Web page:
{
_theList.add( thisLine );
}

} // end try
catch( IOException e )
{
output.append( "Error reading file: " + e );
}

_theList.trimToSize();

int end = _theList.size();
int start = _theList.size() - _tailSize;
if( start < 0 ) { start = 0; _tailSize = end; }
output.append( "========== Tail [" + _fileName + "]\n" );
output.append( "========== Showing last [" + _tailSize + "] lines\n" );

for( int i = start; i < end; i++ )
{
output.append( (String)_theList.get(i) + "\n" );
}
output.append( "========== END\n" );

return output;
}

public static void main( String args[] )
{
int argsLength = args.length;

if( argsLength == 0 ) System.exit(0);
if( argsLength == 1 )
{
Tail tail = new Tail( args[0] );
System.out.println( tail.run().toString() );
}
if( argsLength == 2 )
{
Tail tail = new Tail( args[0], new Integer( args[1] ).intValue() );
System.out.println( tail.run().toString() );
}
}
}
</pre>
Zkr Ryz
Ranch Hand

Joined: Jan 04, 2001
Posts: 187
Peter: probably using a thread that check for file size grow . . .
mmhhh, I don't know, usin the method ready() in Reader ??
To be honest, I don't know.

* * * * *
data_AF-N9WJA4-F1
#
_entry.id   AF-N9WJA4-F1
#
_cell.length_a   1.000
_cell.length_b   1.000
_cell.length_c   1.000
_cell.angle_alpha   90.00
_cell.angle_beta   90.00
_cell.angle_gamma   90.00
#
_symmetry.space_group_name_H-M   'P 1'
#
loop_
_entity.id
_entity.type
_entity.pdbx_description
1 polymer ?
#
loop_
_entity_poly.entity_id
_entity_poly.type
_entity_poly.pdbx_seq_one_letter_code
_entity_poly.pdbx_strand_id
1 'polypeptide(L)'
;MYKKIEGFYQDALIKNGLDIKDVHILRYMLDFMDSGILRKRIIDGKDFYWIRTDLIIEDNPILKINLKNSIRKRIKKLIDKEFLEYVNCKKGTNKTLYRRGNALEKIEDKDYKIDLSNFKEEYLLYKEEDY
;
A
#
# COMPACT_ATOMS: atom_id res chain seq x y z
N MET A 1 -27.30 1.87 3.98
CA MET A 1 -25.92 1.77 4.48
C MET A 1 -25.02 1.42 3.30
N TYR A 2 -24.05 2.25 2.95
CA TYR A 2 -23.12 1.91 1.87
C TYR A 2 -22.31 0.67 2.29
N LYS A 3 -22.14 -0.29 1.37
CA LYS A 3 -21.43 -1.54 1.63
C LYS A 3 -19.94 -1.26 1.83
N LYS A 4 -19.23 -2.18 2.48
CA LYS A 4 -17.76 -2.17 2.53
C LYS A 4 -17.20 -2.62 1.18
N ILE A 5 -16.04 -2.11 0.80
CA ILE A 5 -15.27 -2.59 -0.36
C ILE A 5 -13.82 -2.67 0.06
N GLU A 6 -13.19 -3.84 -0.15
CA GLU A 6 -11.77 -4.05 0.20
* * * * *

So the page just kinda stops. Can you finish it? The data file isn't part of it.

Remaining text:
Pho Tek
Ranch Hand

Joined: Nov 05, 2000
Posts: 761

There's a Java implementation called "follow"
at http://follow.sourceforge.net/


Regards,

Pho
Gerry Giese
Ranch Hand

Joined: Aug 02, 2001
Posts: 247
Thanks, Pho! It will take some adaptation to make it work with a servlet, but the core FileFollow class seems to be separated enough from the GUI to make it possible. My biggest challenge will be figuring out how to keep the 'connection' alive so the program can keep pushing followed updates to the web page. I guess I'll need to just keep sending output in a loop and flush the buffer every so often, or maybe use a meta-refresh and keep the latest updates buffered in a Session object. Again, thanks!
 
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subject: UNIX 'tail' clone - implementation help